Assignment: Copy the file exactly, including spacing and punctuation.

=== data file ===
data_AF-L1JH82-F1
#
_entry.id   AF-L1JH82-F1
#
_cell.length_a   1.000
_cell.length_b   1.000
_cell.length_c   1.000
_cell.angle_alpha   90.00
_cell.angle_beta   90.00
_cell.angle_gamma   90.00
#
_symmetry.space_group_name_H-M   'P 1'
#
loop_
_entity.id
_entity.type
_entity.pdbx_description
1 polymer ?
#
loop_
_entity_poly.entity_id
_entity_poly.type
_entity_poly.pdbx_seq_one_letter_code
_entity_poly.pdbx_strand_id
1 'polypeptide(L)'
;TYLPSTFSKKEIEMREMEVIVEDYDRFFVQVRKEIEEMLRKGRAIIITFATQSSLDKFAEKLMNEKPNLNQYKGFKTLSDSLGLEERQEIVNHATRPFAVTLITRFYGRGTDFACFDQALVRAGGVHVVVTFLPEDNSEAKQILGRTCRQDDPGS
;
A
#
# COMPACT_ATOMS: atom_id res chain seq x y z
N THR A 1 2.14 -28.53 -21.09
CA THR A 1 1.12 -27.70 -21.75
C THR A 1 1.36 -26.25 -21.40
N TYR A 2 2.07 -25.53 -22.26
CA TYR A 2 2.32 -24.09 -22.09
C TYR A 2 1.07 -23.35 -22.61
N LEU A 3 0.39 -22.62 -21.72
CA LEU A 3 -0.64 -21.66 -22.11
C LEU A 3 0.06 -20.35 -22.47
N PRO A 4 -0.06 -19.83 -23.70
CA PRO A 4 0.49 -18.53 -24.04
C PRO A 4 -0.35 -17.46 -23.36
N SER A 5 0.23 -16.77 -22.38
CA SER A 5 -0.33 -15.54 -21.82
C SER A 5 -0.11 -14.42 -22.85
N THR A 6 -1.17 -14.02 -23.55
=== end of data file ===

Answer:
data_AF-L1JH82-F1
#
_entry.id   AF-L1JH82-F1
#
_cell.length_a   1.000
_cell.length_b   1.000
_cell.length_c   1.000
_cell.angle_alpha   90.00
_cell.angle_beta   90.00
_cell.angle_gamma   90.00
#
_symmetry.space_group_name_H-M   'P 1'
#
loop_
_entity.id
_entity.type
_entity.pdbx_description
1 polymer ?
#
loop_
_entity_poly.entity_id
_entity_poly.type
_entity_poly.pdbx_seq_one_letter_code
_entity_poly.pdbx_strand_id
1 'polypeptide(L)'
;TYLPSTFSKKEIEMREMEVIVEDYDRFFVQVRKEIEEMLRKGRAIIITFATQSSLDKFAEKLMNEKPNLNQYKGFKTLSDSLGLEERQEIVNHATRPFAVTLITRFYGRGTDFACFDQALVRAGGVHVVVTFLPEDNSEAKQILGRTCRQDDPGS
;
A
#
# COMPACT_ATOMS: atom_id res chain seq x y z
N THR A 1 2.14 -28.53 -21.09
CA THR A 1 1.12 -27.70 -21.75
C THR A 1 1.36 -26.25 -21.40
N TYR A 2 2.07 -25.53 -22.26
CA TYR A 2 2.32 -24.09 -22.09
C TYR A 2 1.07 -23.35 -22.61
N LEU A 3 0.39 -22.62 -21.72
CA LEU A 3 -0.64 -21.66 -22.11
C LEU A 3 0.06 -20.35 -22.47
N PRO A 4 -0.06 -19.83 -23.70
CA PRO A 4 0.49 -18.53 -24.04
C PRO A 4 -0.35 -17.46 -23.36
N SER A 5 0.23 -16.77 -22.38
CA SER A 5 -0.33 -15.54 -21.82
C SER A 5 -0.11 -14.42 -22.85
N THR A 6 -1.17 -14.02 -23.55